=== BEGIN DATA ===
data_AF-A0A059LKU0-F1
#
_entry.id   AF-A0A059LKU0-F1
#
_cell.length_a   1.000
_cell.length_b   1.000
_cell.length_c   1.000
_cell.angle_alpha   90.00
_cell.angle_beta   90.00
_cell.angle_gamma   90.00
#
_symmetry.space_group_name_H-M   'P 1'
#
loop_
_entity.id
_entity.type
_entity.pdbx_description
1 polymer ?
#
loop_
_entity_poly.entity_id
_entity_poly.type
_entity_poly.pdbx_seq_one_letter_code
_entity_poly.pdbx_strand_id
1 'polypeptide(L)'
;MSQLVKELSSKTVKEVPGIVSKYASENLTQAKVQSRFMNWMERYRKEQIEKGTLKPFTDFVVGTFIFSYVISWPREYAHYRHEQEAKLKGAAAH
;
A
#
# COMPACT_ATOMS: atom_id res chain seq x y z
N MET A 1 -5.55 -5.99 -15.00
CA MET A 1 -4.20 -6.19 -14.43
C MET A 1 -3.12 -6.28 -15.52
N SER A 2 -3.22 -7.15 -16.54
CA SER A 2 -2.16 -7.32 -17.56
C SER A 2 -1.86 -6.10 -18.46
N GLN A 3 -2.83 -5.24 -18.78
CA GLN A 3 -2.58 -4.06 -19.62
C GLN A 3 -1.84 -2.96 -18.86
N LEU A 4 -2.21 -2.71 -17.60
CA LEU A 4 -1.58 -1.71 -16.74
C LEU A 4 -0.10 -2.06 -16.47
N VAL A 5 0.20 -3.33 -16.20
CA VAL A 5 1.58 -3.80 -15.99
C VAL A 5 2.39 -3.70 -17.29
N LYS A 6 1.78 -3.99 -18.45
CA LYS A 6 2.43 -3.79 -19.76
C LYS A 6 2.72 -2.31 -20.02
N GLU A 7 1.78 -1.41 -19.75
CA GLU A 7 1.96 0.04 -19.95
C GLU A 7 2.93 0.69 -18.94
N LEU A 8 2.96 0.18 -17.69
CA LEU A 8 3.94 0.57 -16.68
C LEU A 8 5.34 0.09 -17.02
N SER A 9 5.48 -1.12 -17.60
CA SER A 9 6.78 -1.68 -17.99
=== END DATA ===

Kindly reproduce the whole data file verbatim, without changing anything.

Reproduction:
data_AF-A0A059LKU0-F1
#
_entry.id   AF-A0A059LKU0-F1
#
_cell.length_a   1.000
_cell.length_b   1.000
_cell.length_c   1.000
_cell.angle_alpha   90.00
_cell.angle_beta   90.00
_cell.angle_gamma   90.00
#
_symmetry.space_group_name_H-M   'P 1'
#
loop_
_entity.id
_entity.type
_entity.pdbx_description
1 polymer ?
#
loop_
_entity_poly.entity_id
_entity_poly.type
_entity_poly.pdbx_seq_one_letter_code
_entity_poly.pdbx_strand_id
1 'polypeptide(L)'
;MSQLVKELSSKTVKEVPGIVSKYASENLTQAKVQSRFMNWMERYRKEQIEKGTLKPFTDFVVGTFIFSYVISWPREYAHYRHEQEAKLKGAAAH
;
A
#
# COMPACT_ATOMS: atom_id res chain seq x y z
N MET A 1 -5.55 -5.99 -15.00
CA MET A 1 -4.20 -6.19 -14.43
C MET A 1 -3.12 -6.28 -15.52
N SER A 2 -3.22 -7.15 -16.54
CA SER A 2 -2.16 -7.32 -17.56
C SER A 2 -1.86 -6.10 -18.46
N GLN A 3 -2.83 -5.24 -18.78
CA GLN A 3 -2.58 -4.06 -19.62
C GLN A 3 -1.84 -2.96 -18.86
N LEU A 4 -2.21 -2.71 -17.60
CA LEU A 4 -1.58 -1.71 -16.74
C LEU A 4 -0.10 -2.06 -16.47
N VAL A 5 0.20 -3.33 -16.20
CA VAL A 5 1.58 -3.80 -15.99
C VAL A 5 2.39 -3.70 -17.29
N LYS A 6 1.78 -3.99 -18.45
CA LYS A 6 2.43 -3.79 -19.76
C LYS A 6 2.72 -2.31 -20.02
N GLU A 7 1.78 -1.41 -19.75
CA GLU A 7 1.96 0.04 -19.95
C GLU A 7 2.93 0.69 -18.94
N LEU A 8 2.96 0.18 -17.69
CA LEU A 8 3.94 0.57 -16.68
C LEU A 8 5.34 0.09 -17.02
N SER A 9 5.48 -1.12 -17.60
CA SER A 9 6.78 -1.68 -17.99